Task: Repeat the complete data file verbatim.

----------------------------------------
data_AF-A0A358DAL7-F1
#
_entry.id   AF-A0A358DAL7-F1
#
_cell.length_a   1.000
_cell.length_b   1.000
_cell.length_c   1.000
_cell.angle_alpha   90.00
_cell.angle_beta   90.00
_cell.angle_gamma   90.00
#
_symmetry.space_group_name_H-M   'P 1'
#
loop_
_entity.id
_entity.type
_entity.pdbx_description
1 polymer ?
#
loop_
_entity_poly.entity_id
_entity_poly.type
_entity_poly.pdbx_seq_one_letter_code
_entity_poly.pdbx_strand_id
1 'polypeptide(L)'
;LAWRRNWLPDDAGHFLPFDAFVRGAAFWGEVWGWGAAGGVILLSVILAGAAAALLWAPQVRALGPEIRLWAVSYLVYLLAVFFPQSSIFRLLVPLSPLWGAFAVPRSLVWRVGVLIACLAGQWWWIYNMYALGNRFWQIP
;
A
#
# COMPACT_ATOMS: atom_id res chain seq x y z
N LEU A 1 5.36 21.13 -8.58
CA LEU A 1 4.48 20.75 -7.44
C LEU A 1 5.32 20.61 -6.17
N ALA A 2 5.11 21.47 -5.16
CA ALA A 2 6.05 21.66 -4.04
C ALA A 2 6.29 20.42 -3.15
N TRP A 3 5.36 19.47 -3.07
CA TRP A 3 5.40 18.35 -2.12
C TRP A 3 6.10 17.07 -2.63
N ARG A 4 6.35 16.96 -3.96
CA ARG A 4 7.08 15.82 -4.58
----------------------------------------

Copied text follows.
data_AF-A0A358DAL7-F1
#
_entry.id   AF-A0A358DAL7-F1
#
_cell.length_a   1.000
_cell.length_b   1.000
_cell.length_c   1.000
_cell.angle_alpha   90.00
_cell.angle_beta   90.00
_cell.angle_gamma   90.00
#
_symmetry.space_group_name_H-M   'P 1'
#
loop_
_entity.id
_entity.type
_entity.pdbx_description
1 polymer ?
#
loop_
_entity_poly.entity_id
_entity_poly.type
_entity_poly.pdbx_seq_one_letter_code
_entity_poly.pdbx_strand_id
1 'polypeptide(L)'
;LAWRRNWLPDDAGHFLPFDAFVRGAAFWGEVWGWGAAGGVILLSVILAGAAAALLWAPQVRALGPEIRLWAVSYLVYLLAVFFPQSSIFRLLVPLSPLWGAFAVPRSLVWRVGVLIACLAGQWWWIYNMYALGNRFWQIP
;
A
#
# COMPACT_ATOMS: atom_id res chain seq x y z
N LEU A 1 5.36 21.13 -8.58
CA LEU A 1 4.48 20.75 -7.44
C LEU A 1 5.32 20.61 -6.17
N ALA A 2 5.11 21.47 -5.16
CA ALA A 2 6.05 21.66 -4.04
C ALA A 2 6.29 20.42 -3.15
N TRP A 3 5.36 19.47 -3.07
CA TRP A 3 5.40 18.35 -2.12
C TRP A 3 6.10 17.07 -2.63
N ARG A 4 6.35 16.96 -3.96
CA ARG A 4 7.08 15.82 -4.58